We are delighted to announce that the University of Reading is joining a growing number of universities and other organisations in adopting the Sunflower scheme.
The hidden disabilities Sunflower scheme is becoming a global initiative aimed to support inclusive practices. Some people may wear a sunflower lanyard or badge to let others know that they have an invisible disability and may need additional support, time or adjustments. If appropriate, you may sensitively ask if there is anything that you can do to support the individual wearing a sunflower lanyard/badge. Not everybody who has an invisible disability requires additional support and not everybody who requires additional support will wear a sunflower lanyard or badge, so it is important to be sensitive and not make assumptions.
Initially introduced in 2016 in Gatwick Airport to support passengers with disabilities that were not visible, the scheme has grown in popularity and been introduced more widely in public transport, leisure facilities as well as retail. The sunflower lanyard initiative is also supported by leading UK charities including the Alzheimer’s Society, the National Autistic Society and Action on Hearing Loss.
A hidden disability is a disability that may not be immediately visible by looking at or talking to someone. It can include, for example, neurodiversity, a mental health condition as well as mobility, sensory loss or a physical disability that causes pain, fatigue or impacts on movement. This is not an exhaustive list and there are many other hidden disabilities.
The University of Reading is signing up to this optional scheme as part of our wider disability awareness campaign. We are adopting the term of ‘invisible disabilities’ rather than ‘hidden disabilities’ to reinforce that disability is not something we should be hiding and encourage further discussions around disability awareness and disclosure, in line with the approach taken at UCL.
Dr Allán Laville, Dean of Diversity and Inclusion commented: ‘The sunflower lanyard scheme aims to raise awareness of invisible disabilities and is central to our ongoing work on improving disability awareness on campus. As someone who is neurodiverse, I’m thankful for the support of colleagues in furthering our journey in this important area, which will support future work in neurodiversity awareness. It is clear to me that we need to focus on the excellent skills that neurodiverse individuals bring to an organisation and the different innovative ways of working’.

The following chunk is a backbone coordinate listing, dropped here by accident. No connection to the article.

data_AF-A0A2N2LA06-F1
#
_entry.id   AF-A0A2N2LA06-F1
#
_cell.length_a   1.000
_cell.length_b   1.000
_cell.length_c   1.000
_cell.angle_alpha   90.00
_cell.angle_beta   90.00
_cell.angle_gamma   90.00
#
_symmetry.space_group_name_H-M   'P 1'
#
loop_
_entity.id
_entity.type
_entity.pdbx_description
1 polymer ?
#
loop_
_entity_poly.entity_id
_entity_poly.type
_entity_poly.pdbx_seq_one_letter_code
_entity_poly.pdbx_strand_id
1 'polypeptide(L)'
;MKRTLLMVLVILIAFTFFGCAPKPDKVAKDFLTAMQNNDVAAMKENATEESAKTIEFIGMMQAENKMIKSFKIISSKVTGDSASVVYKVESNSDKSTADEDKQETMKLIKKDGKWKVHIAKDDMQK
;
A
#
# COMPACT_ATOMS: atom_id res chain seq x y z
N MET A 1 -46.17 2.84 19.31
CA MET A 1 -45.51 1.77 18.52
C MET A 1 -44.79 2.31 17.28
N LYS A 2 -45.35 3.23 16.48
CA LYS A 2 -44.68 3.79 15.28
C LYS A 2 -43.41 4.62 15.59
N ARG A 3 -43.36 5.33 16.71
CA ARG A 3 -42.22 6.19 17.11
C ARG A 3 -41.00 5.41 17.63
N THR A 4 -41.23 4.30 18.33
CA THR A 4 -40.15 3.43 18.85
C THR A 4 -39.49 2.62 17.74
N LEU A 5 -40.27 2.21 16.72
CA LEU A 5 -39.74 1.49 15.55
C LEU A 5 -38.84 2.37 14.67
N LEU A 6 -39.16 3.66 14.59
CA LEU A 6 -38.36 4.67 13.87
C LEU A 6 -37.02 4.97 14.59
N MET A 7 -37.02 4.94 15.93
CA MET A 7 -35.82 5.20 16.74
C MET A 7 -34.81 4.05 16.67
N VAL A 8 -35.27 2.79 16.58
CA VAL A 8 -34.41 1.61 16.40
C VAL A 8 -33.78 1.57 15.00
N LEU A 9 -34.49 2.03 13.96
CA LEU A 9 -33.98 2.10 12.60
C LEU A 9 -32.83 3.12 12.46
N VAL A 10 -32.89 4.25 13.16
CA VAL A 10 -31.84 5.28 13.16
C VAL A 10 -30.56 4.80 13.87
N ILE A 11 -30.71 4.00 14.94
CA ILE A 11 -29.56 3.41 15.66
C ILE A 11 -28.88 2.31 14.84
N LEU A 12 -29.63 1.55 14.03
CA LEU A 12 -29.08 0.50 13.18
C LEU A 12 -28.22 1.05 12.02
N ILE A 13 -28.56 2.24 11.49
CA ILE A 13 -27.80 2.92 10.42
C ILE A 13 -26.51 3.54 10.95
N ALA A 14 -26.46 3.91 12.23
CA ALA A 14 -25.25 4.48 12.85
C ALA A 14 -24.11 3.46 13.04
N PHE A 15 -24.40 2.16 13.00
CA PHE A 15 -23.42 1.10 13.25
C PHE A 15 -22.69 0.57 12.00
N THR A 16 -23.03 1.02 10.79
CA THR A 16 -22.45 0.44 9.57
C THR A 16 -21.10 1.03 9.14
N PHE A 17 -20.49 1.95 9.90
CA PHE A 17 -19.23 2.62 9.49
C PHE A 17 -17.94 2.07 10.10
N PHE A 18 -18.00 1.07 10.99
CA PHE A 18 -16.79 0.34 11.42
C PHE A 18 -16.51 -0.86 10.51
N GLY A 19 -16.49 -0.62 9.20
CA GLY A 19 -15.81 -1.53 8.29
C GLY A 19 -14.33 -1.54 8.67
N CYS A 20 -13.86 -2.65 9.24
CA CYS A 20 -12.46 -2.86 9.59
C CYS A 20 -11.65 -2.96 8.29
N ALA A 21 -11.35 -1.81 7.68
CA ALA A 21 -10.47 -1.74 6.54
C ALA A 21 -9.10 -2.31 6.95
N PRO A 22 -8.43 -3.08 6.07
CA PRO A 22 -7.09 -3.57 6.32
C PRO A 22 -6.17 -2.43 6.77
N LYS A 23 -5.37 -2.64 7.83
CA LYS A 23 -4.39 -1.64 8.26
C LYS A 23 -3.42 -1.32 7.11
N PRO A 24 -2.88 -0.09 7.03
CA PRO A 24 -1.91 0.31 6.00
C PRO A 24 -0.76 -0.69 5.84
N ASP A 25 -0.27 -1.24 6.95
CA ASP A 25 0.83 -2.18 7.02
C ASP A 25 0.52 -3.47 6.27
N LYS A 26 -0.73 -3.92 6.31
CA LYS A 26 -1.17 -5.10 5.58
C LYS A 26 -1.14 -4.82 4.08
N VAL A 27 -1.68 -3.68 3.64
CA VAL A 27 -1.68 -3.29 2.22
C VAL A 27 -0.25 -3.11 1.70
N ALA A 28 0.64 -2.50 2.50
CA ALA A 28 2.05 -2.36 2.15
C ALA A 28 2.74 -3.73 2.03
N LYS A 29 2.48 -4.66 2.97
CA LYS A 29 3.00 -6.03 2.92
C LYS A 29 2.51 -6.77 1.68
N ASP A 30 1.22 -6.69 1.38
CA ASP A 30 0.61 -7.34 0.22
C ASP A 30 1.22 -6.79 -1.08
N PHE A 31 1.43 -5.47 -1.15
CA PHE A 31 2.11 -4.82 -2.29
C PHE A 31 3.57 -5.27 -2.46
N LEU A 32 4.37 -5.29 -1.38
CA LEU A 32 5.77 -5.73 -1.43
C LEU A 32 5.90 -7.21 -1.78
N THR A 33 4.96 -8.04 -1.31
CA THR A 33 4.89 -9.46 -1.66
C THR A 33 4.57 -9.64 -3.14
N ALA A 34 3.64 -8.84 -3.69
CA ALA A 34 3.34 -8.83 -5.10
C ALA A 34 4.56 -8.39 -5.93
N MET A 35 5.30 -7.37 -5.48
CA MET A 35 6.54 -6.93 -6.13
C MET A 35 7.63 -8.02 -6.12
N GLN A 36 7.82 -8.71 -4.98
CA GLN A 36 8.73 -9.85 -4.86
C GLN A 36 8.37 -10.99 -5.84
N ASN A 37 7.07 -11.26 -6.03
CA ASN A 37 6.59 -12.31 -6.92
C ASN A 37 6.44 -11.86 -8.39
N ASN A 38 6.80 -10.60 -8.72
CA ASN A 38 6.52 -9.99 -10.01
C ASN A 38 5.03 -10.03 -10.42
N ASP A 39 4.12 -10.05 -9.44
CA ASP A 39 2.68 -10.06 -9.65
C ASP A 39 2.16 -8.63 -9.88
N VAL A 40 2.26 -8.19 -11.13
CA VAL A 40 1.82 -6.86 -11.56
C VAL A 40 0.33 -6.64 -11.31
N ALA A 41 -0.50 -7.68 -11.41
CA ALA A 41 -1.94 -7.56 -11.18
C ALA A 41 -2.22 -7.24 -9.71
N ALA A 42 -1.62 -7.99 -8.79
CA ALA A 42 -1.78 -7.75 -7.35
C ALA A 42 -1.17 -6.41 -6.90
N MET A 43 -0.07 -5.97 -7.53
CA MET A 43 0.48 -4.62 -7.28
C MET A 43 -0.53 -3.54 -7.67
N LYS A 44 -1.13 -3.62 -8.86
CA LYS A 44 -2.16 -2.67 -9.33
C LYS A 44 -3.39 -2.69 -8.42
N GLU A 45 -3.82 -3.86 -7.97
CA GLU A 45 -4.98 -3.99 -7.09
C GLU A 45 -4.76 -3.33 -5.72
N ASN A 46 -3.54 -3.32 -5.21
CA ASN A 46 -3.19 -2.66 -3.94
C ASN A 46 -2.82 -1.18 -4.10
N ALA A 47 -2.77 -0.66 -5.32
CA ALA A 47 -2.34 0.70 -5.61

Dr Yota Dimitriadi, co-chair of the Staff Disability Network commented ‘The Network welcomes the adoption of the Sunflower Scheme that comes as a result of collective discussions with staff and students. We are extremely proud of this collaboration with our student body and grateful to colleagues for input and feedback. The Sunflower scheme is one of the examples of work that we, as university community, are putting together to support further disability awareness and inclusive work and study practices’.
Dr Ranjita Dhital Co-chair of the Staff Disability Network also commented: Many people with invisible disabilities never get to experience their full potential. We hope the Sunflower project will highlight that some of us with invisible disabilities need to work in specific ways that allow us to flourish. During this COVID-19 pandemic it’s more important than ever that we learn to empathise and understand the needs of those with invisible disabilities, especially if we want to create a working culture where we can all thrive rather than just survive.
Rachel Wates, RUSU Diversity Officer added: I am so happy that the Sunflower Scheme has been implemented on our campus. Considering there are over 10 million people in the UK who have an invisible disability, we are now offering a discrete way for those who wish to disclose it. I am especially happy with the assortment of products we have on offer – such as ID Cards, the lanyards and even small pin badges. I hope this will make a difference to those with hidden disabilities and this is 100% a step in the right direction. I hope more and more UK universities implement this scheme.
Konstantina Nouka (Disabled Students’ Officer 2020-2021): “Being part of the team that has ensured that the Sunflower Scheme will be implemented in our University, has been a great honour! As a student with a disability myself, I know that sometimes it is very frustrating to constantly been asked to explain that you have a disability and what your disability is. This scheme, enables me, and many more other students, to feel more comfortable in our day to day life, without having to constantly justify why we might need a bit of extra support while we are on campus trying to do things on our own!”
The scheme is optional, open to disabled students and staff and it does not influence other disability support that is currently available for students and staff. Wearing the lanyard or the badge is a personal choice and there is no requirement to provide evidence in order to be able and access the scheme.
Get your – sunflower lanyards, cards and badges from the:
- Support Centres
- Disability Advisory Service/Student Services
- HR reception in Whiteknights House
from Thursday 12th November. Colleagues and students who want to obtain one can visit the Support Centres directly during opening hours but if you are unable to visit the campus to collect one, please email firstname.lastname@example.org.
The Sunflower project is a collaboration between Student Services, the Staff Disability Network, the University’s Diversity and Inclusion team and RUSU.